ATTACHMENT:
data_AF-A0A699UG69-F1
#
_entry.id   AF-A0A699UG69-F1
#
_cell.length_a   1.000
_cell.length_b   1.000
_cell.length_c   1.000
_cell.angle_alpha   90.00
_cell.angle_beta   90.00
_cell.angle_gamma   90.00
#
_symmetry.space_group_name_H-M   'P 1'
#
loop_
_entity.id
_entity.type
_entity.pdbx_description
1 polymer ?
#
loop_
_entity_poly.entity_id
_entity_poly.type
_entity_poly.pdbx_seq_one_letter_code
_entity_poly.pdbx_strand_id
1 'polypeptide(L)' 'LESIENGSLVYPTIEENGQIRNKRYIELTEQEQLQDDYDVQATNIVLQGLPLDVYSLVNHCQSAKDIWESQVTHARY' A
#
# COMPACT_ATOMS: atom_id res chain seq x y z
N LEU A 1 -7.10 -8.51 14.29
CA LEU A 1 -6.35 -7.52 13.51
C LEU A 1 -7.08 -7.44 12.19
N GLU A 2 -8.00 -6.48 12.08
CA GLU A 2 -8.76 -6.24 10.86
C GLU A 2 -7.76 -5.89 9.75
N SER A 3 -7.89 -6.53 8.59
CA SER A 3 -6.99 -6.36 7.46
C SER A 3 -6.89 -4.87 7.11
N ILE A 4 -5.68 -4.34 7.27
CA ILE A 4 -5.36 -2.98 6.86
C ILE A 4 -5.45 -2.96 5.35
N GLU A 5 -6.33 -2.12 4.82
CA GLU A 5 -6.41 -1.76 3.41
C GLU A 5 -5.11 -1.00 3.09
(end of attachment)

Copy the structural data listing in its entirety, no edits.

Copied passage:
data_AF-A0A699UG69-F1
#
_entry.id   AF-A0A699UG69-F1
#
_cell.length_a   1.000
_cell.length_b   1.000
_cell.length_c   1.000
_cell.angle_alpha   90.00
_cell.angle_beta   90.00
_cell.angle_gamma   90.00
#
_symmetry.space_group_name_H-M   'P 1'
#
loop_
_entity.id
_entity.type
_entity.pdbx_description
1 polymer ?
#
loop_
_entity_poly.entity_id
_entity_poly.type
_entity_poly.pdbx_seq_one_letter_code
_entity_poly.pdbx_strand_id
1 'polypeptide(L)' 'LESIENGSLVYPTIEENGQIRNKRYIELTEQEQLQDDYDVQATNIVLQGLPLDVYSLVNHCQSAKDIWESQVTHARY' A
#
# COMPACT_ATOMS: atom_id res chain seq x y z
N LEU A 1 -7.10 -8.51 14.29
CA LEU A 1 -6.35 -7.52 13.51
C LEU A 1 -7.08 -7.44 12.19
N GLU A 2 -8.00 -6.48 12.08
CA GLU A 2 -8.76 -6.24 10.86
C GLU A 2 -7.76 -5.89 9.75
N SER A 3 -7.89 -6.53 8.59
CA SER A 3 -6.99 -6.36 7.46
C SER A 3 -6.89 -4.87 7.11
N ILE A 4 -5.68 -4.34 7.27
CA ILE A 4 -5.36 -2.98 6.86
C ILE A 4 -5.45 -2.96 5.35
N GLU A 5 -6.33 -2.12 4.82
CA GLU A 5 -6.41 -1.76 3.41
C GLU A 5 -5.11 -1.00 3.09